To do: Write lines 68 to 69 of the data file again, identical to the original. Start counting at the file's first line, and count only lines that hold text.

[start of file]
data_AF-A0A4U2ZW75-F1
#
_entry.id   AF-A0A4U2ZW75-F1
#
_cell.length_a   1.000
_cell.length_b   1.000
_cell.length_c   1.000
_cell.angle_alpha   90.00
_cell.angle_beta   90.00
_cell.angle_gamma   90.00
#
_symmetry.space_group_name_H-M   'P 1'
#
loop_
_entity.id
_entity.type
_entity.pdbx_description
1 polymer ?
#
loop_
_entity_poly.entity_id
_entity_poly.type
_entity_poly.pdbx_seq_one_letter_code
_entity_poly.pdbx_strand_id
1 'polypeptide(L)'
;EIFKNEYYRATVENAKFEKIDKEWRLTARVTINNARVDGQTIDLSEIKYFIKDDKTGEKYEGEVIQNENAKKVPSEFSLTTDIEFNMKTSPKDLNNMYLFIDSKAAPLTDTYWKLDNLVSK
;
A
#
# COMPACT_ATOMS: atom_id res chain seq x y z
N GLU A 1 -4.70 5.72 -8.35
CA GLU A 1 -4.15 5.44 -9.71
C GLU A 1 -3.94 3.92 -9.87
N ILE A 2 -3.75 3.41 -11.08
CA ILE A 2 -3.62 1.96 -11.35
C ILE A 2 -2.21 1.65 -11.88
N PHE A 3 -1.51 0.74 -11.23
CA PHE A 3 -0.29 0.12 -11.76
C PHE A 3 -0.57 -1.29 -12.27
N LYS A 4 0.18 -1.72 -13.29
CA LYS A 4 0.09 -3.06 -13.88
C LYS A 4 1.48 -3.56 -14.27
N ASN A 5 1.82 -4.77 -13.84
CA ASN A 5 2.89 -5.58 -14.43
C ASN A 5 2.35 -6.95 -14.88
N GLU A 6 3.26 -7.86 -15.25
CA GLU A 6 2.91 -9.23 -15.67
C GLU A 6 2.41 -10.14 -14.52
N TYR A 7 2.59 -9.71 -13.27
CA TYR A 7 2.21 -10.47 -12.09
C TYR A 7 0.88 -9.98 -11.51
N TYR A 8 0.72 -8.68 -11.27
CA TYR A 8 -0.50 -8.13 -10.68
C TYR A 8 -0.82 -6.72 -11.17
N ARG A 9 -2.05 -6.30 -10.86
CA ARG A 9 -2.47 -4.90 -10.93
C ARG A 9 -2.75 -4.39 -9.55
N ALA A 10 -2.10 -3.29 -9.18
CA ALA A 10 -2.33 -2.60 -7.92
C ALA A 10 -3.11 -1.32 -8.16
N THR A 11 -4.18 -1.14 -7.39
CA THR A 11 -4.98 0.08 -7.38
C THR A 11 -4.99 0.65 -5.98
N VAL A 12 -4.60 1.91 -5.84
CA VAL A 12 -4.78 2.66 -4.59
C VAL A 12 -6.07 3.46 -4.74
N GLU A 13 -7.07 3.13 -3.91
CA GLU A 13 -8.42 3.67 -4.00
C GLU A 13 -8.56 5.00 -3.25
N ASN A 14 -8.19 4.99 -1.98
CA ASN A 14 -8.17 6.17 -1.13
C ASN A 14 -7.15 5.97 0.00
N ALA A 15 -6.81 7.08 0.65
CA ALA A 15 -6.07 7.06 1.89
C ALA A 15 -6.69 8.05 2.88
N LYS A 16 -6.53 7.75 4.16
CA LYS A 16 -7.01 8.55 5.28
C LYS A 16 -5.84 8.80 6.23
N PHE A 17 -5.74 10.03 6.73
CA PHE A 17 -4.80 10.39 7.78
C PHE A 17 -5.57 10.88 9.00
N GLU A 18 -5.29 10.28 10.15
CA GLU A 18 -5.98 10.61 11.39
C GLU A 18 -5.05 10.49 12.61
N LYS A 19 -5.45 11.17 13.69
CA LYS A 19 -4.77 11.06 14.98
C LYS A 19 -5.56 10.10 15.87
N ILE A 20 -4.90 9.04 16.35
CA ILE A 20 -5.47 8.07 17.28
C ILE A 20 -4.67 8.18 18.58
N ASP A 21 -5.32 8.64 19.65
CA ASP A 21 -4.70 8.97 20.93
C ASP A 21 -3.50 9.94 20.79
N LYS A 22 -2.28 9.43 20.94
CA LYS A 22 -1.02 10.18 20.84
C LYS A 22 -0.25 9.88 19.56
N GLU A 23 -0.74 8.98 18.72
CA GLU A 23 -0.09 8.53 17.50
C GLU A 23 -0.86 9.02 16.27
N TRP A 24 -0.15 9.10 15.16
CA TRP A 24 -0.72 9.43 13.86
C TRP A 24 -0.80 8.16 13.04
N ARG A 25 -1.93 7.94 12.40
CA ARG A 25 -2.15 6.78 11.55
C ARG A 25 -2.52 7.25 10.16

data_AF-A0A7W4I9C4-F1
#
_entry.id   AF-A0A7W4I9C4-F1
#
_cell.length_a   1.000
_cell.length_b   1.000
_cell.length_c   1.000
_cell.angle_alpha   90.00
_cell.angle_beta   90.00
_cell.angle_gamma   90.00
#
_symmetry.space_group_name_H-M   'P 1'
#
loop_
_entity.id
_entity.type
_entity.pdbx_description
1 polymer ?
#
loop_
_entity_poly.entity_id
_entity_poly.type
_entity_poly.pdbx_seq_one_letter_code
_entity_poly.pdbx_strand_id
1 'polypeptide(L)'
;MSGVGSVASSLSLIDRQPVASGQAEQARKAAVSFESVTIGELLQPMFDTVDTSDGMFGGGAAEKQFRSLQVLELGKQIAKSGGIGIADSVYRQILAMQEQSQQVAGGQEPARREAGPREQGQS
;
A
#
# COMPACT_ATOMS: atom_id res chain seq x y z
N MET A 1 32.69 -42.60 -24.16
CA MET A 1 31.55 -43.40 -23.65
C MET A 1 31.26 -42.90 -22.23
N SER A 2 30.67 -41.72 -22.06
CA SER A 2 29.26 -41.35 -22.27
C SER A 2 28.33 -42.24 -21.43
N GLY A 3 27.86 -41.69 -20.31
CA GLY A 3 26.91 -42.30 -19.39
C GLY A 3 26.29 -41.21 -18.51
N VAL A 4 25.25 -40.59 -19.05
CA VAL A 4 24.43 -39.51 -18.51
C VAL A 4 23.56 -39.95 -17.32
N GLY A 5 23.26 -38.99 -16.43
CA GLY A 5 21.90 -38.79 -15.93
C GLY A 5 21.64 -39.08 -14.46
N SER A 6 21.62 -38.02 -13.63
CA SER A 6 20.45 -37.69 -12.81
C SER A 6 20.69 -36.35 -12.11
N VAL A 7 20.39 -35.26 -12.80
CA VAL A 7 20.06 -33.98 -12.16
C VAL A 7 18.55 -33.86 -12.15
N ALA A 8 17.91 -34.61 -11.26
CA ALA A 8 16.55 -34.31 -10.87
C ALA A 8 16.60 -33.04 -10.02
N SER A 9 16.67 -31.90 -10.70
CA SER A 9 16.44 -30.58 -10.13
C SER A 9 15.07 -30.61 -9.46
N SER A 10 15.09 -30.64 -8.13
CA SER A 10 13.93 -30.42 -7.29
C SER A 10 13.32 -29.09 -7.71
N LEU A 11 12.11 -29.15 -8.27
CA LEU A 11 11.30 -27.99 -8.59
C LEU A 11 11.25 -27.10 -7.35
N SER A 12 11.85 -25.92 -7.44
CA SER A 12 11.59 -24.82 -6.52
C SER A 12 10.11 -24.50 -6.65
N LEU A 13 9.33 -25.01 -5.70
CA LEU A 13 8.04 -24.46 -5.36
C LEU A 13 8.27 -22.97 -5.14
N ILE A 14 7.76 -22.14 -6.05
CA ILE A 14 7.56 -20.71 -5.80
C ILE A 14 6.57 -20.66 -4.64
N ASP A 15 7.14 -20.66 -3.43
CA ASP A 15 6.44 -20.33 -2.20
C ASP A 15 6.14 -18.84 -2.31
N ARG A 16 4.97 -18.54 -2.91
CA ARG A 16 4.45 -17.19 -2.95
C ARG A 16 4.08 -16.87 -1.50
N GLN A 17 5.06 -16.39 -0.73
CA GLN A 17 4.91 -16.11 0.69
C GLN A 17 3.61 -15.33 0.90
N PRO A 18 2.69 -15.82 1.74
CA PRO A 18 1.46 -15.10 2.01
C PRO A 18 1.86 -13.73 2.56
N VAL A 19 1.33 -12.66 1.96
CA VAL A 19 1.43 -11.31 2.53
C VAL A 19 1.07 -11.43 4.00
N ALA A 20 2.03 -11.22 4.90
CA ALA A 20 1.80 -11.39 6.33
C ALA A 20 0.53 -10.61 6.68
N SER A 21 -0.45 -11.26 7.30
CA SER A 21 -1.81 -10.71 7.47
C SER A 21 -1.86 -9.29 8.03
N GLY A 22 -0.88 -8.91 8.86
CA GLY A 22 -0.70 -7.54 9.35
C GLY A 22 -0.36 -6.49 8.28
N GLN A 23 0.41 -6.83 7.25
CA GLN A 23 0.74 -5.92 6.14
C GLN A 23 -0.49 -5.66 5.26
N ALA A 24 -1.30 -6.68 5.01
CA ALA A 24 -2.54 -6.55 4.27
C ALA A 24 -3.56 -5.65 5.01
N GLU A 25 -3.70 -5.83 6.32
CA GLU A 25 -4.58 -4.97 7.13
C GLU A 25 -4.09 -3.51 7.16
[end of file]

CA GLU A 13 -8.42 3.67 -4.00
C GLU A 13 -8.56 5.00 -3.25